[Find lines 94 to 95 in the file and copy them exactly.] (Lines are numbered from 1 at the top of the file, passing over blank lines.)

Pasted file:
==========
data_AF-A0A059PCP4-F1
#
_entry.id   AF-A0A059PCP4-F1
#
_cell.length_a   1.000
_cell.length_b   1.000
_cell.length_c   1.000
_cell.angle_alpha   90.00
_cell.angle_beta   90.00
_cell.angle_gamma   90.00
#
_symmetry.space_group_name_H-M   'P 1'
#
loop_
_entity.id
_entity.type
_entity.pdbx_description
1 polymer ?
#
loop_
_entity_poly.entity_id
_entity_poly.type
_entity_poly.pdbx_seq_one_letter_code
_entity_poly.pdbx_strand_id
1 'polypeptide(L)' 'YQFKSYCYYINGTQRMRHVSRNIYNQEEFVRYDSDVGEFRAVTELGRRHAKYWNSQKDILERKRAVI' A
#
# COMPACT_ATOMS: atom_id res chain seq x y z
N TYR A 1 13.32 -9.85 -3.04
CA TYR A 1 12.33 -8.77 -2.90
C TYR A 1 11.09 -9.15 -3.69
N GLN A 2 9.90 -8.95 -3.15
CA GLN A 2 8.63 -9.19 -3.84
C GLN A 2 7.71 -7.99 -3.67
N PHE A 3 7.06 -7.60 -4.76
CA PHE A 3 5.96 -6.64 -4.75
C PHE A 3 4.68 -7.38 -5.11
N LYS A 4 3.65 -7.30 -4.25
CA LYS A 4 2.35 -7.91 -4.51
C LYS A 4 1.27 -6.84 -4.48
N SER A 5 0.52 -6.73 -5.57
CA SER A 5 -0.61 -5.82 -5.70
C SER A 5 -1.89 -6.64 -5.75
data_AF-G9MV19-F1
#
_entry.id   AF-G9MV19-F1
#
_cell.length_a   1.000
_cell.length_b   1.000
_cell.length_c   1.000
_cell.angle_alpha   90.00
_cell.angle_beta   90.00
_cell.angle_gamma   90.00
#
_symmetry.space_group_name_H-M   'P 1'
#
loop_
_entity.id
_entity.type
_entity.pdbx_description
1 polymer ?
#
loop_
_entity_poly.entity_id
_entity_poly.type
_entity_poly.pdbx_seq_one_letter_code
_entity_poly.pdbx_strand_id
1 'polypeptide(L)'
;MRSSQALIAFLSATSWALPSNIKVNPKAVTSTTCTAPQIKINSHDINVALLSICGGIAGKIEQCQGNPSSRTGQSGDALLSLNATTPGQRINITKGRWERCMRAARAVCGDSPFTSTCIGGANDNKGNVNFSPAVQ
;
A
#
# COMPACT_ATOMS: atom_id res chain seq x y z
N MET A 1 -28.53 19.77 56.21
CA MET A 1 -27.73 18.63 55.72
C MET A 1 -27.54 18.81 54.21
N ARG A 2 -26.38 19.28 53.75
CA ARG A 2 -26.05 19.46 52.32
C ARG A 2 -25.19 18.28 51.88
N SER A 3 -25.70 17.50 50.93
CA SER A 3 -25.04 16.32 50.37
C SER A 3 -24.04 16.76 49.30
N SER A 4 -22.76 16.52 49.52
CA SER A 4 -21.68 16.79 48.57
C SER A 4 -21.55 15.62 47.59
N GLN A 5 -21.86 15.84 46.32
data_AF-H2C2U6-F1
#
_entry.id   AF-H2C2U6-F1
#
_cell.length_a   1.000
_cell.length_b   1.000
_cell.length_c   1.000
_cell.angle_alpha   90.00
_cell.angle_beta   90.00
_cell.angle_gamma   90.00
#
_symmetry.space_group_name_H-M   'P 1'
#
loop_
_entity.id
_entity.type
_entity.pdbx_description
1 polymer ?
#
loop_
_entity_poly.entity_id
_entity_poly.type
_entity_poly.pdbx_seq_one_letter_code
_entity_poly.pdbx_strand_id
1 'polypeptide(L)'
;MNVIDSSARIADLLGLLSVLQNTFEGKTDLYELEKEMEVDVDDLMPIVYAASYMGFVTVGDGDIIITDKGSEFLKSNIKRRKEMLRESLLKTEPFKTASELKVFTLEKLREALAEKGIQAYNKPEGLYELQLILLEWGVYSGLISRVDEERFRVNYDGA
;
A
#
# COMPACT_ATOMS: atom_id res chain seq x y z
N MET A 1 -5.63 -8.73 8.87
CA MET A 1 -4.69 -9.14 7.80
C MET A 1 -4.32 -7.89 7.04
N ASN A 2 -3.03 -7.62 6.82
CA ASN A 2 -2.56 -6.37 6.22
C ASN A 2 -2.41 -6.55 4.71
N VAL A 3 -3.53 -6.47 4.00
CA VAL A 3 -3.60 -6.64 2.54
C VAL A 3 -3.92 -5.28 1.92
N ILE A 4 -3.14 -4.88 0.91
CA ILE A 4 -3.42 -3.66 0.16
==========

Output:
_cell.angle_beta   90.00
_cell.angle_gamma   90.00